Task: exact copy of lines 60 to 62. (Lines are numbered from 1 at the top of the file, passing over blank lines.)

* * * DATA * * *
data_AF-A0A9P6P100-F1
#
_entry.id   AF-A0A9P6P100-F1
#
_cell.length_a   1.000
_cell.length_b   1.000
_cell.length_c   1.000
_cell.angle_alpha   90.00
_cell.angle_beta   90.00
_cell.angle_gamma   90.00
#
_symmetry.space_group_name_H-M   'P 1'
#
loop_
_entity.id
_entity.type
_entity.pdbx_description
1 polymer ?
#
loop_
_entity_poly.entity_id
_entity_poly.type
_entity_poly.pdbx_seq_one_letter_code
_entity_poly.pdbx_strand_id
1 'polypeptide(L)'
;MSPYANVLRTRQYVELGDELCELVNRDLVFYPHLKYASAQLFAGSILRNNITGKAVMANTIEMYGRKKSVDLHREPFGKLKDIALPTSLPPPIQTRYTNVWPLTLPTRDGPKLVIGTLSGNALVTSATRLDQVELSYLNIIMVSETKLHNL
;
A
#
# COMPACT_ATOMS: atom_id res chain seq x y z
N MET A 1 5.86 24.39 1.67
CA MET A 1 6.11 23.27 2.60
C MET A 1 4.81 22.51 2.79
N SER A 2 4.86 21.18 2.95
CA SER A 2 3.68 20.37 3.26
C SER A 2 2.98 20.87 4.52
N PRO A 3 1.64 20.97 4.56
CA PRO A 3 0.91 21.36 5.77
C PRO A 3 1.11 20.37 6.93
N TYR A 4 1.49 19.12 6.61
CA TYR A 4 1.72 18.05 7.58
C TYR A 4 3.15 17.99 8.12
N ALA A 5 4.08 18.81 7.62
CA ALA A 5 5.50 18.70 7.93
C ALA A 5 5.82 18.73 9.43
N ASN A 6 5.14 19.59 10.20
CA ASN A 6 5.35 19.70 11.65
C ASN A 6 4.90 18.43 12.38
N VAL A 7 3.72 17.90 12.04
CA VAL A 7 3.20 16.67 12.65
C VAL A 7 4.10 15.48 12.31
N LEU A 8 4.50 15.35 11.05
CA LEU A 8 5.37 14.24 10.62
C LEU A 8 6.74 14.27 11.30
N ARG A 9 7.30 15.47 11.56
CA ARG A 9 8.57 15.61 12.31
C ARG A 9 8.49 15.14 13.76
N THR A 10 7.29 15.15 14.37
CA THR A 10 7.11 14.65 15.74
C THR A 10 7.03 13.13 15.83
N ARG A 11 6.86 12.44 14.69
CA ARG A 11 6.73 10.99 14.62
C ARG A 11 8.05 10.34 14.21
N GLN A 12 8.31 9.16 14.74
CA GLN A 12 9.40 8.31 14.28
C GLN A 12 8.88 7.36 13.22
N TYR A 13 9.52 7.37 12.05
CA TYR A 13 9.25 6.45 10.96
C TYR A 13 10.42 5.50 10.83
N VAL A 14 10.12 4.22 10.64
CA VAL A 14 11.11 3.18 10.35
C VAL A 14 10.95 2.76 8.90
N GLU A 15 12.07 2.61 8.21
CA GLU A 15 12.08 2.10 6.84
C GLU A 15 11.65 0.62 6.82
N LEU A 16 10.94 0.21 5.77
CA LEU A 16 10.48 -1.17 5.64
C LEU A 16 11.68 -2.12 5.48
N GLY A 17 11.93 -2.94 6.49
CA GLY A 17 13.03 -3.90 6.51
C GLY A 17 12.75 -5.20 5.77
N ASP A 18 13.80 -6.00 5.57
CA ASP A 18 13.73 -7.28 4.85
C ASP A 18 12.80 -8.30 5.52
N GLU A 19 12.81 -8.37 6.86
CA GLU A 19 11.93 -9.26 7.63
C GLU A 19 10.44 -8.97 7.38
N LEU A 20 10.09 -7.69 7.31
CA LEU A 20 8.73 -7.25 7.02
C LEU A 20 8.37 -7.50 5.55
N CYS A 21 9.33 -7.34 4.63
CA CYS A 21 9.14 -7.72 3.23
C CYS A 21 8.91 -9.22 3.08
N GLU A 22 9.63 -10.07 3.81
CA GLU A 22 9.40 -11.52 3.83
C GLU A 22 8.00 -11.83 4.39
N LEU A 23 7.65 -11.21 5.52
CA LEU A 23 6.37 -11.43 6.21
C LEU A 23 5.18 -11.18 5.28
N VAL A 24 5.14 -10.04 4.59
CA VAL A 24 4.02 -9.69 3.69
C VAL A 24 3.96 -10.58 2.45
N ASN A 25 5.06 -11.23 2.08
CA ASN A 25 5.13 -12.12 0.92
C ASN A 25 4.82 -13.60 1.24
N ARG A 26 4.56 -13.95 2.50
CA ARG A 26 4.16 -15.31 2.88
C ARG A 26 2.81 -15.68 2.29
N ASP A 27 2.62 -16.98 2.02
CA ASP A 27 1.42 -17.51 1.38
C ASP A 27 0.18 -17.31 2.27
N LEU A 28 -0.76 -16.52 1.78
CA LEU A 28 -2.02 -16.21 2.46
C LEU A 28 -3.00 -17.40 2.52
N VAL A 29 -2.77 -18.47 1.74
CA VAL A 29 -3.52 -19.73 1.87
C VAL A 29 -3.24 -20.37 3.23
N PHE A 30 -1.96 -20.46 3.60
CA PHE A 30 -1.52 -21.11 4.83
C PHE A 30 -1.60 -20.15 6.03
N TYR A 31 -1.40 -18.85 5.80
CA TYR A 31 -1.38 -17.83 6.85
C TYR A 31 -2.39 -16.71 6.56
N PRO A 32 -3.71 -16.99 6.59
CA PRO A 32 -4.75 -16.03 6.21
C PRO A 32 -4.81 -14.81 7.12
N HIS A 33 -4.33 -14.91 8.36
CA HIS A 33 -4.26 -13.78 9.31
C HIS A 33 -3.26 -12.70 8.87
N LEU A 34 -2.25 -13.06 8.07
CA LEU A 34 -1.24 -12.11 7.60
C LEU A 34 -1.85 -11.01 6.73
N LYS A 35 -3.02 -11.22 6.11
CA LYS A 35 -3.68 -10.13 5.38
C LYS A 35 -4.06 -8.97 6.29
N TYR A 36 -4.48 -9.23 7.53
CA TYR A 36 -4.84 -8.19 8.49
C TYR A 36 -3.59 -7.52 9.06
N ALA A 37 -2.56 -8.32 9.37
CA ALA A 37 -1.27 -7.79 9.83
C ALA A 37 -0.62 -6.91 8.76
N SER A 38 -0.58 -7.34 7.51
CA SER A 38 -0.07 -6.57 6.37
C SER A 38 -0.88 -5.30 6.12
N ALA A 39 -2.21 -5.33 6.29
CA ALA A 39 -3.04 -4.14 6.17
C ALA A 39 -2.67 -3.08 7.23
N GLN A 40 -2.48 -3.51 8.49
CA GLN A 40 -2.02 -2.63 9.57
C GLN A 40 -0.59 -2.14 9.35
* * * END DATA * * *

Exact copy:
C THR A 10 7.03 13.13 15.83
N ARG A 11 6.86 12.44 14.69
CA ARG A 11 6.73 10.99 14.62